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Uganda: Bloggers Respond to Controversial Daily Monitor Articles

Categories: Sub-Saharan Africa, Uganda, Human Rights, LGBTQ+, Literature, Media & Journalism, Photography, Protest, Women & Gender, Youth

Uganda's lesbian, gay, bisexual, transgender and intersex (LGBTI) community has gotten a lot of press recently in the form of a number of articles written by Katherine Roubos, a 22-year-old Stanford [1] student from the United States. Most recently, Roubos covered the first ever LGBTI press conference [2], a story that prompted an anti-gay rally [3] in Kampala.

Blogger Samantha wonders [4], “Is Holding Rallies the Wisest Option?”:

Today, we are holding a rally against homosexuality because it does not comply with Uganda’s morals. We say, “Homosexuality is abnormal according to God’s laws and nature of creation in the Bible. It is against our faith and our society moral values. That is why we are against it and its practitioners.” Why do we think homosexuality is different from corruption, stealing from the poor, despising the poor, lying, defilement and murder?

Scarlett Lion [5] and Jackfruity [6] (full disclosure: that's me) both posted pictures from the event, during which protesters called upon the owner of the Daily Monitor [7] to fire Roubos:

Another Daily Monitor article provoked even more online controversy as several bloggers responded to Glenna Gordon's piece on the achievements of Uganda's women writers [8].

Iwaya was up in arms [9]:

Did it occur to you that yes while many talented men who are writers are often consumed with chasing the buck, they do so because they are the heads of their families? They have responsibilities they will not abandon, cannot abandon and that while they may not get immediate recognition, are perhaps struggling against as great odds as the women?

While Ernest Bazanye called for simple equality [10] in the Ugandan literary world:

What we need isn’t a men’s equivalent of Femrite [11] [the Uganda Women Writers’ Association]. We need to just not listen to these Gordons and go back to what we were doing before: making art and getting it out there, regardless of the sex, religion, age, height or hairstyle of the artist.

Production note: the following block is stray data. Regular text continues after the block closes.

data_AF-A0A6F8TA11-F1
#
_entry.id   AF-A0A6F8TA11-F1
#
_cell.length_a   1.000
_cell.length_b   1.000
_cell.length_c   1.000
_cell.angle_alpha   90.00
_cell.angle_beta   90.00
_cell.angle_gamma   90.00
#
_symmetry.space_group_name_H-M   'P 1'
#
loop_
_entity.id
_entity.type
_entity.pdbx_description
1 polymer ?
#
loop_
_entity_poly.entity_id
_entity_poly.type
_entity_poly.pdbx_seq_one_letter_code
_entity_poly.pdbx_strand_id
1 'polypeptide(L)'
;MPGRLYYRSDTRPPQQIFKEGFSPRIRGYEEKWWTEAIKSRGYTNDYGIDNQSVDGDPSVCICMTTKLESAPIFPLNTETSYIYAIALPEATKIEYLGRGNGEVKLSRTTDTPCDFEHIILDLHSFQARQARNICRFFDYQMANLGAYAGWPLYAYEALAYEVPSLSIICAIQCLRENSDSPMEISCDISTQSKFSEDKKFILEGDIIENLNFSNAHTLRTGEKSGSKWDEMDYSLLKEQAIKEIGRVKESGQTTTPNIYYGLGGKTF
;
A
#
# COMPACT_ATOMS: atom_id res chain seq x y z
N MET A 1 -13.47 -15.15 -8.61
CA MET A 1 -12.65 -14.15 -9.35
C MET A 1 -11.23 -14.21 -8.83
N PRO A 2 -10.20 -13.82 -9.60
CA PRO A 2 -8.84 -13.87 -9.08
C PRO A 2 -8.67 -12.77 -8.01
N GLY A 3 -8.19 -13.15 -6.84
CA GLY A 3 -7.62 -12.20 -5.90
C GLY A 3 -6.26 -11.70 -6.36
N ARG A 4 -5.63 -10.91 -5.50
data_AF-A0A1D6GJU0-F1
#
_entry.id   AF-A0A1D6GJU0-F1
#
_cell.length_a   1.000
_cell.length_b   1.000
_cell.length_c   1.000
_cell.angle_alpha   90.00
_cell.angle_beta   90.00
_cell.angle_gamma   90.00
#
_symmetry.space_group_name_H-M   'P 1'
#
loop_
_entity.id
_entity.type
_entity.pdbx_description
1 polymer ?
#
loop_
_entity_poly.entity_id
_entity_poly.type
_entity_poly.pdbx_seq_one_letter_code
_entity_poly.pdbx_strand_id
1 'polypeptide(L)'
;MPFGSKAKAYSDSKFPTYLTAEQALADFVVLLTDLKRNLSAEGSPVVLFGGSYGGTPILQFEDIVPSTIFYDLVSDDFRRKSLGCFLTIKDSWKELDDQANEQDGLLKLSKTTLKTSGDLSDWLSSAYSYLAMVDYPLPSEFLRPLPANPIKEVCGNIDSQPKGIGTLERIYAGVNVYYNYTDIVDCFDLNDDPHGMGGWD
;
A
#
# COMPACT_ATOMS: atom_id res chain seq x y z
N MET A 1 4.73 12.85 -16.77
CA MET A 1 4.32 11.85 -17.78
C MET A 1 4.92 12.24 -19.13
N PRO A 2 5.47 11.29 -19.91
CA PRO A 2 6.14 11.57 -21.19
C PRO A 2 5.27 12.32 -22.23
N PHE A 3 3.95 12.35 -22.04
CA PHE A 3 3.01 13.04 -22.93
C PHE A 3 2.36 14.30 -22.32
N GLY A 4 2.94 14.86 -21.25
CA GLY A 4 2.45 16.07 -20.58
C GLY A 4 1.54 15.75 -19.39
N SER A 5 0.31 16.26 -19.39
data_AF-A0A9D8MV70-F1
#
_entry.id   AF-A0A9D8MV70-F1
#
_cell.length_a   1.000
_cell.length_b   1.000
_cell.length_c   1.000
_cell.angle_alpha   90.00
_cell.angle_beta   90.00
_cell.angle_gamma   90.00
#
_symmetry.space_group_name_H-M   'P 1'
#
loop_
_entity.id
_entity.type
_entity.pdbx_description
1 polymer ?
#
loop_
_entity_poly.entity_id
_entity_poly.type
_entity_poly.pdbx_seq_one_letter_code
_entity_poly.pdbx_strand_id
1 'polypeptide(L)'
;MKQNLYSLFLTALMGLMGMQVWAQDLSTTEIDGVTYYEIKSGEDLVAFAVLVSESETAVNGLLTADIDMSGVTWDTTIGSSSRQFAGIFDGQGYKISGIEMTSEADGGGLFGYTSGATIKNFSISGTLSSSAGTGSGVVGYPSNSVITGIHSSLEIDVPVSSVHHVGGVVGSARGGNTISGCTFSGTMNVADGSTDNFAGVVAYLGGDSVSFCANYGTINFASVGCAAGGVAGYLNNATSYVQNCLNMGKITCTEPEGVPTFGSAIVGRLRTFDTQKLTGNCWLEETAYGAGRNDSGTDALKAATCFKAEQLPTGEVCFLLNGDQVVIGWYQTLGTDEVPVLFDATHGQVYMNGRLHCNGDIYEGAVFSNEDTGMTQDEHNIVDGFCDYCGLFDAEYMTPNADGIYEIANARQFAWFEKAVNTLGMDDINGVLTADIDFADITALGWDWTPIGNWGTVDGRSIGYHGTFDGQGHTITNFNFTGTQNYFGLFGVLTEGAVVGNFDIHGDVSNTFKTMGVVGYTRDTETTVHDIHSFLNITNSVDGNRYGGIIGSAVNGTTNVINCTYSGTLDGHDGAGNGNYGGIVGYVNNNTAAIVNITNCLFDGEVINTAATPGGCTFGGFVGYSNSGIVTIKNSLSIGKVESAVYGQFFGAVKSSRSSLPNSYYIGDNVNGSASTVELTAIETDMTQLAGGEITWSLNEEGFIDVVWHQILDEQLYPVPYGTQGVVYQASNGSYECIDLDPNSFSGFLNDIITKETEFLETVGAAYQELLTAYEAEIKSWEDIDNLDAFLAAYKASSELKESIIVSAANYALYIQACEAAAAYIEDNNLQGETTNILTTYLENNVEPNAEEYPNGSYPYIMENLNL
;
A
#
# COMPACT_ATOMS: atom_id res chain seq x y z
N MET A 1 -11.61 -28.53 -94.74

In a different part of the country, Pernille compiles a glossary [12] of Ugandan greetings:

How are you? This is such an all-round standard greeting (which the South Africans shortened to ‘howzit?’) that when I sometimes greet by saying ‘hello’, the person I greeted answers ‘fine’….

The funniest greetings are the ones you get when you arrive somewhere with a male friend or colleague; – ‘Oh, you are here with a new face!’

Finally, The Mundu [13] writes about what it feels like to be the product of three cultures:

A year ago, in a period of frustration, I sat down with a pencil and wrote down that I was the product of three distinct “cultures”, and accordingly I had three distinct personalities which I adopted and dropped at will. Or rather, I am the product, and I have three.

Obviously those are (and just imagine the cute little diagram I drew):
A third “Western”: ie, a Canadian teenager.
A third “TCK”: third culture person/missionary kid.
And a third Ugandan/African.

So I call myself “the mundu”, but avoid questions about Africa. I sing the Canadian anthem with pride and draw a Ugandan flag on my name tag. I lash out, vindictively, over someone’s careless comment, and then am silently blasé. They are so ignorant – I think – and fall prey to arrogance. Nobody understands me – but that’s escapist. I understand nobody – but that’s … an inferiority complex. I eagerly share anecdotes, but later feel bitter when all they cared about was lions and bugs.

I hide my identity or flaunt it.

I am chameleon.

But – *shrugs* – chameleons don't have a problem with being chameleons.